School Age Observation

Category: Age, Classroom, Teacher
Last Updated: 07 Apr 2020
Pages: 3 Views: 169

I observed Mark in his fourth grade classroom during a science lesson. Mark is an intelligent ten year old child, but he has a difficult time paying attention to his teacher. He likes to get a lot of attention and when he gets bored he turns his focus to other destructive matters, such as, throwing pencils up into the ceiling. Throwing pencils in the ceiling has gotten him in trouble many times, and once he was kicked out of the classroom for it. When he becomes uninterested he stops paying attention to instruction completely.

When he is bored, he needs to find another activity to fill the void, and that activity will be something that distracts the teacher and his classmates; two characteristics that make it interesting and entertaining to him. From my observations, I believe Mark’s behavior problems are the result of a lack of attention and disinterest from the people in his life, and a general sense of laziness and intimidation for tasks that seem difficult. Mark comes to school with an unclean appearance (dirty clothes, messy hair, looking like he has not bathed) and without the proper tools to actively complete his assignments.

For example, he comes to school without any pencils or paper and his backpack is a mess of old crumpled papers. Mark’s behavior problems decreased as his teacher had time to give him one on one attention and break down his tasks into smaller assignments while giving him encouragement and the sense of working hard and having accomplished something. Mark read well, but at a slow pace that would become frustrating to him. He stumbled over words and his classmates had annoyed looks on their faces as he took so long to read a paragraph aloud.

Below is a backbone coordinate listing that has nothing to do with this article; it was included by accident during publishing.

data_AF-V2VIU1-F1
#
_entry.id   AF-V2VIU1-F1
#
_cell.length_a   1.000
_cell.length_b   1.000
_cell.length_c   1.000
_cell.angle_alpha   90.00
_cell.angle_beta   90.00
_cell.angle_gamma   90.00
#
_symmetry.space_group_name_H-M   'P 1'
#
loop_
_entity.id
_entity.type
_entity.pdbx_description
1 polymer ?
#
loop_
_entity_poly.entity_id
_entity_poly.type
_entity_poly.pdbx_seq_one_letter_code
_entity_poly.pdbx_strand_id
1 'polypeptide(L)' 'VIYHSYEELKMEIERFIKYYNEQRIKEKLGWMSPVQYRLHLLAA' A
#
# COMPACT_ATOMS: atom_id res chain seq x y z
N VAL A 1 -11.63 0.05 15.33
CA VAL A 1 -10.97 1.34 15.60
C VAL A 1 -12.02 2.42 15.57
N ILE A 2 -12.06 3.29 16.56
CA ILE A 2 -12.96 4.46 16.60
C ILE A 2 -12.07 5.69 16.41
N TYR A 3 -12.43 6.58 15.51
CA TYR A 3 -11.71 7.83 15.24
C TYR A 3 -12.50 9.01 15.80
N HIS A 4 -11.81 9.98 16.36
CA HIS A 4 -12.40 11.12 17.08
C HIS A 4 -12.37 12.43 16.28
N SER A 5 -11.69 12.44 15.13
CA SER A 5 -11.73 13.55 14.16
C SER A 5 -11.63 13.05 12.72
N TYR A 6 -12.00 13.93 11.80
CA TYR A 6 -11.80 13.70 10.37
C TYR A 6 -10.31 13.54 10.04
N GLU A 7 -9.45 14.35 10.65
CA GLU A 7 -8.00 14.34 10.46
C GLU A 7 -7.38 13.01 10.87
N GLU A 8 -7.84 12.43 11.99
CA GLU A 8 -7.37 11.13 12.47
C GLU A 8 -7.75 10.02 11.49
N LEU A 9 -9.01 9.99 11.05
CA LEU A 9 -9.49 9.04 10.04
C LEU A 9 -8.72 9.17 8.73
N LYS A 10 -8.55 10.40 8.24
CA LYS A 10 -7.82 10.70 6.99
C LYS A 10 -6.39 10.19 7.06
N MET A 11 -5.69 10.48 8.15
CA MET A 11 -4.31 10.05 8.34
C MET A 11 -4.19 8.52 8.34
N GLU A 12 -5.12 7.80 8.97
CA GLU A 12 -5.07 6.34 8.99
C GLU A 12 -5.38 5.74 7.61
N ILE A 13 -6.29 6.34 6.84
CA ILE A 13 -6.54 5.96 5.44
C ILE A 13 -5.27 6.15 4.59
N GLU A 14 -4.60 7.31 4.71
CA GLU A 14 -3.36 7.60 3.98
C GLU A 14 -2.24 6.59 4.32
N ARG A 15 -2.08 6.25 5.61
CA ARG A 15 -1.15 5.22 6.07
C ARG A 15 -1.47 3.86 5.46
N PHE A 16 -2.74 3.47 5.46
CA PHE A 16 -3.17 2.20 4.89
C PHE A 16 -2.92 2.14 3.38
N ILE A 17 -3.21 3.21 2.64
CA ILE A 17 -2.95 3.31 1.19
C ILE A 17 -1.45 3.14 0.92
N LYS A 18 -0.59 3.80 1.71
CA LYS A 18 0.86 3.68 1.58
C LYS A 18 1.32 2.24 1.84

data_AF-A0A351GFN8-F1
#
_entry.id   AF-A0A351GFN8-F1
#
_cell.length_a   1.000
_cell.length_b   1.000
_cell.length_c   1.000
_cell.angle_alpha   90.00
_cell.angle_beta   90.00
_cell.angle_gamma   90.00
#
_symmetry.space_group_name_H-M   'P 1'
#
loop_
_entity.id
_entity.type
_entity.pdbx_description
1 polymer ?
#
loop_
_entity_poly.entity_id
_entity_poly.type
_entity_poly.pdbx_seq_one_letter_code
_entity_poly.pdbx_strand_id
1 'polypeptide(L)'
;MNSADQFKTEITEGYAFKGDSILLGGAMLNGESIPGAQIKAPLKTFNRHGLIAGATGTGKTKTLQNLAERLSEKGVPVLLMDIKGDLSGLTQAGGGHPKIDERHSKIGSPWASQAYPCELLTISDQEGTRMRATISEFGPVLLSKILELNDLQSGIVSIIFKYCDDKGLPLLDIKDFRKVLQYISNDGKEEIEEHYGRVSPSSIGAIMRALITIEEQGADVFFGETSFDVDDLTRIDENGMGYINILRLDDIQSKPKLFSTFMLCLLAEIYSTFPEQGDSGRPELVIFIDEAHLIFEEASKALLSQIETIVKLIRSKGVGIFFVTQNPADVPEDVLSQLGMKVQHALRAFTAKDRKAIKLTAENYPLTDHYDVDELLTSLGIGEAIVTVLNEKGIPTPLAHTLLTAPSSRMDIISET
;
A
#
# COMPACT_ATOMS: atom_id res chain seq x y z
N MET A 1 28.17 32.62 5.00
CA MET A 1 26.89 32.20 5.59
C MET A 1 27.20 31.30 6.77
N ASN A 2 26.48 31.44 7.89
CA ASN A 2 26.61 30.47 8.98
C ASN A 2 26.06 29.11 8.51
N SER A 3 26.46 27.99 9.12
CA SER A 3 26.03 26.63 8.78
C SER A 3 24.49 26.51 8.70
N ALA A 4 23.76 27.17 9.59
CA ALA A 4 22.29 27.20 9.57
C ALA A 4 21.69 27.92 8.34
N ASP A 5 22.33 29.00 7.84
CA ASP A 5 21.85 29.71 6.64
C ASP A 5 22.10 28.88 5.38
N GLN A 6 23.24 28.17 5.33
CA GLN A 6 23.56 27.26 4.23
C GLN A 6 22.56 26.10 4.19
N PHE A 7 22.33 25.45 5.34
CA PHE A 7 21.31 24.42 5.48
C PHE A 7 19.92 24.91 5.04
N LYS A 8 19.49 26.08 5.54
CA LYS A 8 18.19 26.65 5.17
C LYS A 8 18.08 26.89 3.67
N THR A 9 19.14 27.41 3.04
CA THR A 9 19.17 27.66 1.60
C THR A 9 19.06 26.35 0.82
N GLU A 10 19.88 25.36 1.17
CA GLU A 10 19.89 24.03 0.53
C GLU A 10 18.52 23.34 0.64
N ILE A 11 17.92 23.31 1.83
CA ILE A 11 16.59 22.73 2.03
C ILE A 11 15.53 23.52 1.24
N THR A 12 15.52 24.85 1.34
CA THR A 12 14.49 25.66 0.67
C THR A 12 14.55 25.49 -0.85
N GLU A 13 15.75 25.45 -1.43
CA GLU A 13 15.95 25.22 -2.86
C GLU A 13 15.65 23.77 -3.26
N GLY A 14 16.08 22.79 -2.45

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His teacher also realized this and later took the time to explain the textbook pictures and figures to him so he could visualize the content he was reading about. His teacher told him that if he becomes bored of the assigned work of looking up vocabulary words then he should switch tasks for a few minutes so he can take a break. When he would start to lose interest he would start trying to talk and get the others’ attention. He would stop his work, look around, and then call out, “This is boring! to the kids around him. There was a boy sitting next to him at his table that he would poke with a pencil and laugh at when the boy would get mad. He also spent a lot of time staring out the window and digging a groove into his pink erasure with his pencil. When his teacher was able to come and give him one on one attention he was attentive and looked at the teacher as she talked. Mark’s teacher creates a “to do” list for him so that he can check things off as they are completed.

At the end of the section Mark was able to check off several things from his list, and he was proud that he was able to complete so many things. He bragged to his classmates at his table by showing them his list so they could see everything that he had finished. Mark is not a mean child, nor does he want to hurt others, but he needs more positive attention in his life. With the absence of positive interest from those around him, he seeks out anything he can get, which naturally ends up being the negative attention.

His teacher does not always have the time during a lesson to cater to Mark, but she tries to check on him frequently because of the results it brings. After he was given extra help and saw what he was able to accomplish when he set his mind to a task the effects began to show in the classroom. Of his own initiative, Mark took out a piece of paper and started taking notes once his math lesson began. He teacher commented to me that that does not happen very often.

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School Age Observation. (2017, May 02). Retrieved from

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